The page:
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British Columbia proposes new anti-touting laws

By | Published on Thursday 11 April 2019

Empty seats

The Canadian province of British Columbia has announced proposals for new anti-ticket touting legislation. The proposed laws would regulate how tickets can be bought and sold in the region, and follow a public consultation.

Laws such as this are decided on a province by province basis in Canada, which means rules vary around the country. But there has previously been plenty of discussion about better regulating the touts elsewhere in Canada, most recently in Ontario, though Quebec currently has the strictest regulations.

What is being proposed in British Columbia wouldn’t ban touting, but would put restrictions on resellers and the secondary ticketing platforms they employ. Some of the rules mirror what was in the UK’s Consumer Rights Act in 2015, although the proposals do go further.

The new laws would force ticket resellers to disclose that they are not a primary seller, clearly display prices, and disclosure key terms and conditions. Ticket resellers and reselling platforms would be required to provide refund guarantees, and the speculative selling of tickets that sellers do not already possess would be outlawed.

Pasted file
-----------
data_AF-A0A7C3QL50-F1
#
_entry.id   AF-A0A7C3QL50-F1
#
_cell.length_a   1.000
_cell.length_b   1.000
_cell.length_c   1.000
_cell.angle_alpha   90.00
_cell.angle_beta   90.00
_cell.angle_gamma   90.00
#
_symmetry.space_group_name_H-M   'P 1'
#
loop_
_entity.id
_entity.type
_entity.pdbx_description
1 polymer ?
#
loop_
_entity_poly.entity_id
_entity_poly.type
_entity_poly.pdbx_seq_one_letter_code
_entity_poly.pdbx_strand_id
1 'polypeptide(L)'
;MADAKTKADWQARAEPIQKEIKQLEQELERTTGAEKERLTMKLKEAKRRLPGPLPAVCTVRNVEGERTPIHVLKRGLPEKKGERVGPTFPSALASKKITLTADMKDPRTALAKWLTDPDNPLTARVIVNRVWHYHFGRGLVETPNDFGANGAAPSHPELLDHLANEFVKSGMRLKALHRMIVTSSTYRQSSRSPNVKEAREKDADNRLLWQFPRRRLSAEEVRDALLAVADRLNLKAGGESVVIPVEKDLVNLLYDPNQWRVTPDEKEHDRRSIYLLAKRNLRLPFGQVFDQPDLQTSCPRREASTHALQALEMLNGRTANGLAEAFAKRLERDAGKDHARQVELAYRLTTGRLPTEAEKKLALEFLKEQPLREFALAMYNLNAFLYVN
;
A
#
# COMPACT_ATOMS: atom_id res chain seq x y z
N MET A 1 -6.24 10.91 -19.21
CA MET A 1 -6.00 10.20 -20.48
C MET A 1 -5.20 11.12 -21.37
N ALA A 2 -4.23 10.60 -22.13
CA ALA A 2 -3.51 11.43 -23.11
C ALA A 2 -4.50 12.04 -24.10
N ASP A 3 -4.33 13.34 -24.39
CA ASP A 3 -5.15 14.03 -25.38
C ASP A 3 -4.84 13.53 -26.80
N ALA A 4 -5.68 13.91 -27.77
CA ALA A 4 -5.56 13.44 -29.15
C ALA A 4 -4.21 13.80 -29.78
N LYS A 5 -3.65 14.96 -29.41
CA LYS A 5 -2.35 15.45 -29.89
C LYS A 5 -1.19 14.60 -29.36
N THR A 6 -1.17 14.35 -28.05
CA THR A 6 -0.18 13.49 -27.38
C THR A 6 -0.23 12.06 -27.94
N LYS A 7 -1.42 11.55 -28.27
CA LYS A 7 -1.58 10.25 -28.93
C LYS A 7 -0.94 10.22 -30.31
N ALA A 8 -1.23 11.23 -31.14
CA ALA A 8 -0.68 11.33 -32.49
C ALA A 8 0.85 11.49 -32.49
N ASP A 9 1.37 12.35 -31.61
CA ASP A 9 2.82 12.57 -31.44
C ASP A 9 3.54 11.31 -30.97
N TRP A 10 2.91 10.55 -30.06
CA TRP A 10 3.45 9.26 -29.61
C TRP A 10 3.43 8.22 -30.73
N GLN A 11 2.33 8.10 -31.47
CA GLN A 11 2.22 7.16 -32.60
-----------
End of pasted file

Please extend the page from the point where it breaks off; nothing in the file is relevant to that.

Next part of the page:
“These changes are going to make our live event industry in BC even better for the people who matter most – the fans”, says Mike Farnworth, the province’s Minister Of Public Safety. “The new laws will make the ticket buying process more transparent and equitable for consumers, so that everyone in our province will have a fair chance of getting tickets for their favourite acts and events”.

Also included in the bill is a ban on touts buying up large quantities of tickets using automated software, often referred to as bots. The use of such ticket buying tech is something even most secondary platforms agree should not be allowed.

“For too long, artists and concert goers were being unfairly hurt by ticket buying software and bots”, says Lisa Beare, Minister Of Tourism, Arts And Culture. “This new ticket buying legislation will ensure that people are protected with better price transparency. Most of all, people will be able to enjoy the diverse performances and entertainment BC has to offer, without being unfairly gouged at the box office”.

The public consultation that led to this newly proposed legislation was carried out in March last year, with more than 6500 people responding.



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